Sister to the Dominican Republic, Haiti is a Caribbean island nation of immense natural beauty – but is also known for being stricken with political unrests and natural disasters. After the devastating earthquake in 2010, which destroyed infrastructure and left thousands homeless, hurricane Mathew struck in 2016 and lead to almost complete crop failures in parts of the island. According to the World Bank, 750,000 citizens are without access to safe water, making cholera outbreaks frequent, especially in impoverished areas struck by disaster. Water and sanitation are indeed at the heart of the humanitarian crisis in Haiti. While classical humanitarian aid is of course indispensable in satisfying the most pressing needs, it is often not leading to a sustained welfare of people. In order to provide basic human needs in an ongoing way, it seems most effective to give ownership of relevant solutions into the communities affected.
Helping by empowerment
This philosopy has been taken up by DLO Haiti (DLO stands for de l’eau in local creole, which means water). The business model is based around the implementation of ground water treatment units based on robust technology (RO, UV, Chlorine) which provide safe potable water (see picture). Operation, selling and distribution is completely in the hands of the local community and is in many cases combined with the sale of other items of everyday use such as sanitary products, food etc. Launched in 2013, dloHaiti currently serves communities with over 300,000 people through 500 sales points served by 9 water treatment and distribution hubs across the island. Production and sales of water are financially sustainable and the distribution and sale of fast-moving consumer goods are growing. dloHaiti employs over 100 local staff and helps increase the incomes of over 500 micro-enterprises in the country. In this way they have established a recognized brand that stands for safe and affordable water. The company is now working towards expanding the approach to other developing countries where water quality is an issue, under the name “Untapped”.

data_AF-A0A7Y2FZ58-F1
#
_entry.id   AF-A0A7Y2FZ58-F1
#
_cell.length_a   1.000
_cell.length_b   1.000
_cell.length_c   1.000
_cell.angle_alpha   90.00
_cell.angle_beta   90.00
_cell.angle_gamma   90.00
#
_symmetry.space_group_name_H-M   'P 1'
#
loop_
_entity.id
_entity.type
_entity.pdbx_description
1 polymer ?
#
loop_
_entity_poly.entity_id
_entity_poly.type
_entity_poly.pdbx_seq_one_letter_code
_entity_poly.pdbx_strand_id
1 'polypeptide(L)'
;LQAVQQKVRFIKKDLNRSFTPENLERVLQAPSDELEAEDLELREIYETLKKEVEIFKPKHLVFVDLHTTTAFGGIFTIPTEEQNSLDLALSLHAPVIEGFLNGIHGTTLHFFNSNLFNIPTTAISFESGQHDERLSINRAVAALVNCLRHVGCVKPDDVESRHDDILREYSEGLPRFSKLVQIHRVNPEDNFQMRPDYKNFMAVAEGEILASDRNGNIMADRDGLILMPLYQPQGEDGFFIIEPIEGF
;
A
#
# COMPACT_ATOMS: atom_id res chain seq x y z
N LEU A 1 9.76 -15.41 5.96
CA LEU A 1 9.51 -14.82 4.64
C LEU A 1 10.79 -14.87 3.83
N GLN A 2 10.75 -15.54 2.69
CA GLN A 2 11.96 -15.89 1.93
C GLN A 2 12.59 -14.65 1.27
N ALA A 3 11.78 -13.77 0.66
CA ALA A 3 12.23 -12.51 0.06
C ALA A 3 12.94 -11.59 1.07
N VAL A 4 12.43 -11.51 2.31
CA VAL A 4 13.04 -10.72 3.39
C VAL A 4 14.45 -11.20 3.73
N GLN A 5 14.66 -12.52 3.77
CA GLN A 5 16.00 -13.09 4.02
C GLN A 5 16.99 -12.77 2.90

Swim for Haiti – Watering minds
The supply of safe drinking water to schools is another critical issue that is being addressed in this context: Jim Chu, US based former tech-entrepreneur and founder of dloHaiti set up the swim for Haiti 5 years ago as a way of raising money to teach to swim and put Haiti on the map as a place to visit. Today the charity’s earnings are supporting the provision of clean water from dlo’s operations to schools under the name “watering minds”. Isle Utilities, who has also invested in dlo through its foundation REEF (Revolving Economic Empowerment Fund) has been taking part in the swim for the last 4 years and was represented with a team of 6 swimmers this year (see picture). All in all there were 32 swimmers from the US, Germany, UK, Canada, Ireland and Haiti. The “Athletes” set off at 6.15am by boat to the islands. The swim started at 7am for the long 10km back to the Wahoo Beach. For safety, each person had a fisherman who paddles alongside. They were there to help guide and carry drinks and food. The swim took place in warm Caribbean seas and for the most part it was calm and clear with idyllic views of the coast line. There will be a swim in 2019, so those with a sense of adventure should seriously consider the trip – you won’t be disappointed!
For more information about the event and the project, please visit: www.dlohaiti.com ,www.untapped-inc.com and www.swimforhaiti.org. Authors: Dr. Bastian Piltz, Technology Consultant at Isle Utilities BV and Dr. Ben Tam, Head of Business Unit Strategic Projects at Isle Utilities Ltd.